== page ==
Any or all of these mechanisms could conceivably induce the phenotypic switch from asthma to ACOS, although data confirming this hypothesis are notably lacking. Nonetheless, a study investigating the development of COPD in Ontario’s asthma population provides the most convincing evidence to date for a link between air pollution and ACOS.8 In this study, 6040 adults in Ontario, Canada, with asthma were followed between 1996 and 2014, with a diagnosis of COPD by a physician during that time period used as the definition of ACOS. Air quality data were provided from 49 continuous fixed site monitors throughout Ontario. For every increase in PM2.5 of 10 μg/m3, the adjusted hazard ratio for developing ACOS was 2.78 (95% confidence interval 1.62 to 4.78). Environmental exposures may thus be one important trigger in the pathogenesis of ACOS.
Loss of lung elastic recoil and development of emphysema in asthma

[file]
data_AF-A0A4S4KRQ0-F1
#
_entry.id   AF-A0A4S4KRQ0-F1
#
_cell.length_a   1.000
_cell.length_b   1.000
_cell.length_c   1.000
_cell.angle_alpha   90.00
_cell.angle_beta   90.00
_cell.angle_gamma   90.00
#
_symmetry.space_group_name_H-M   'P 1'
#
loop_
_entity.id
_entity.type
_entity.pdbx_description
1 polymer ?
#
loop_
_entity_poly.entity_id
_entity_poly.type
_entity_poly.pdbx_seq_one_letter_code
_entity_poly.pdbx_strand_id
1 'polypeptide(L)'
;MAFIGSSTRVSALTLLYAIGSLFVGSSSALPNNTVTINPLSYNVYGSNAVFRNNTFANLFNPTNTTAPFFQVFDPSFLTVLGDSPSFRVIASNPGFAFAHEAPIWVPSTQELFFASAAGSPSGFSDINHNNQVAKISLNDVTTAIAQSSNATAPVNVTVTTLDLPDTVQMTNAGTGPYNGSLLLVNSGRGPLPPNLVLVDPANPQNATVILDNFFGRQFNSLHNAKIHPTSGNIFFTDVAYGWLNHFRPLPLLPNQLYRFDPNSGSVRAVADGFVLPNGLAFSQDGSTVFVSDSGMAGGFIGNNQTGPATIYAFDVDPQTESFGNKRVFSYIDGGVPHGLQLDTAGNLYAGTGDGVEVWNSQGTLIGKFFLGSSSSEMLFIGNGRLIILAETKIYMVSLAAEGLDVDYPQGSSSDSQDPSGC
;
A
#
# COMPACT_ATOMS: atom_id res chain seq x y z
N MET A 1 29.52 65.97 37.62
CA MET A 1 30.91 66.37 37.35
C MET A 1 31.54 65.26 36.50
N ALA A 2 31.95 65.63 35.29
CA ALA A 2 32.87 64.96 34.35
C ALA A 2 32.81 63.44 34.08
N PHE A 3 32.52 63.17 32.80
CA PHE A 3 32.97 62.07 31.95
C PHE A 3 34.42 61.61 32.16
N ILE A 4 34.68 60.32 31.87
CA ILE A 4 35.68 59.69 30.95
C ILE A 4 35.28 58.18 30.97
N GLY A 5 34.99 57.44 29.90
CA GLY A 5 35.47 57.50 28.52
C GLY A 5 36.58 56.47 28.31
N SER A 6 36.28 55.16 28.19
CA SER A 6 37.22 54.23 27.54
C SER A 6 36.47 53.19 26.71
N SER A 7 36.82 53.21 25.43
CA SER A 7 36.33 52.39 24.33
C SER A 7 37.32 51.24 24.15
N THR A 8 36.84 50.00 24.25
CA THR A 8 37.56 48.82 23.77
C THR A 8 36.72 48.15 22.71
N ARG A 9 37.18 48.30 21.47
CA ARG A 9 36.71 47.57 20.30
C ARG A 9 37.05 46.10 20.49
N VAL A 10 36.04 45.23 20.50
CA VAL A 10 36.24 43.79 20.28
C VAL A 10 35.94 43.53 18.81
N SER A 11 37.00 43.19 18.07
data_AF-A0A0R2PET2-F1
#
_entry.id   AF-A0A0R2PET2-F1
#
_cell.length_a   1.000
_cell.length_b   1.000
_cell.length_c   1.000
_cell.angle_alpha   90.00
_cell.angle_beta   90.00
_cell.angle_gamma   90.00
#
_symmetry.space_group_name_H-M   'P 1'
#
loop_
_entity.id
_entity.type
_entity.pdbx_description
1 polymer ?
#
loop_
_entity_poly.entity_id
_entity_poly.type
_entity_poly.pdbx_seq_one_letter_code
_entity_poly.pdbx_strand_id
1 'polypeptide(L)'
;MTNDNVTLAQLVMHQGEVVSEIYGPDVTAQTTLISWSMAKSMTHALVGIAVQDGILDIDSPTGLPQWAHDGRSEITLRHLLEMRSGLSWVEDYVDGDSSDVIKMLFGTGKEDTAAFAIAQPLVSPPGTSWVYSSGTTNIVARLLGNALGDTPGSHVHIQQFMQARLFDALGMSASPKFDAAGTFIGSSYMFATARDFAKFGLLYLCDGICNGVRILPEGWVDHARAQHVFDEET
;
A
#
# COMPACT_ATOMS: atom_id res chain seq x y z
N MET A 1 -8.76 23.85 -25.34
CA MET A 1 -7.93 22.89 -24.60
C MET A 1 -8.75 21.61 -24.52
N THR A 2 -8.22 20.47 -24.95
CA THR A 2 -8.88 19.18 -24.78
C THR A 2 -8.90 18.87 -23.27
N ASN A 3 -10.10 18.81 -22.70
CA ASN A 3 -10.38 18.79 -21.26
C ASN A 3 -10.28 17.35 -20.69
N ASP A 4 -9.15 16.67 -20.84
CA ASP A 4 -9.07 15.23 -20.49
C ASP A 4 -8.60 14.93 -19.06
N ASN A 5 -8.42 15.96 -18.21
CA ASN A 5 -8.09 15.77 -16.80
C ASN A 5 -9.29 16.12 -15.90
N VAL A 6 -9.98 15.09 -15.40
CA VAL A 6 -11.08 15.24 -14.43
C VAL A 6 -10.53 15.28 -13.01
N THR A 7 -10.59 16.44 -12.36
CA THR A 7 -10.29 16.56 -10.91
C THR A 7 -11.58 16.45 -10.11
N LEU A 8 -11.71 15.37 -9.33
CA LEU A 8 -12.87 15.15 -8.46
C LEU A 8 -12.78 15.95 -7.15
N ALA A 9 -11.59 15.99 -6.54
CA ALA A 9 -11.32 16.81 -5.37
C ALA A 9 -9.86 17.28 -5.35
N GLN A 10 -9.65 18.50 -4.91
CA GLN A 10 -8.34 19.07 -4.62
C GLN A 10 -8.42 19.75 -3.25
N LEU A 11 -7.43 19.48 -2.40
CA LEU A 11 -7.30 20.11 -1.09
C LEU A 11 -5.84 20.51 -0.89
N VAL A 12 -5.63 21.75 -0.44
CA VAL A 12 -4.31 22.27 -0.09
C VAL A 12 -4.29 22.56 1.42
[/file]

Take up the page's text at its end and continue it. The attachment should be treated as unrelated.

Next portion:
Emphysema, hyperinflation, and the loss of lung elastic recoil are often associated with COPD, but they may also play an integral role in the later stages of severe asthma. Recognition of the loss of lung elastic recoil dates back to 1967 when Gold, Kaufman, and Nadel showed that patients with severe asthma lasting longer than five years had significantly reduced lung elastic recoil compared with healthy people.118 Initially, this was not thought to be related to emphysematous tissue destruction, as elastic recoil would return to normal following treatment with bronchodilators. However, subsequent studies showed that the loss of lung elastic recoil was more durable than anticipated and that this loss can still be observed in stable clinical states.119120121 Normal diffusing capacity and computed tomography imaging again argued against the presence of significant emphysema as a cause of elastic recoil abnormalities.120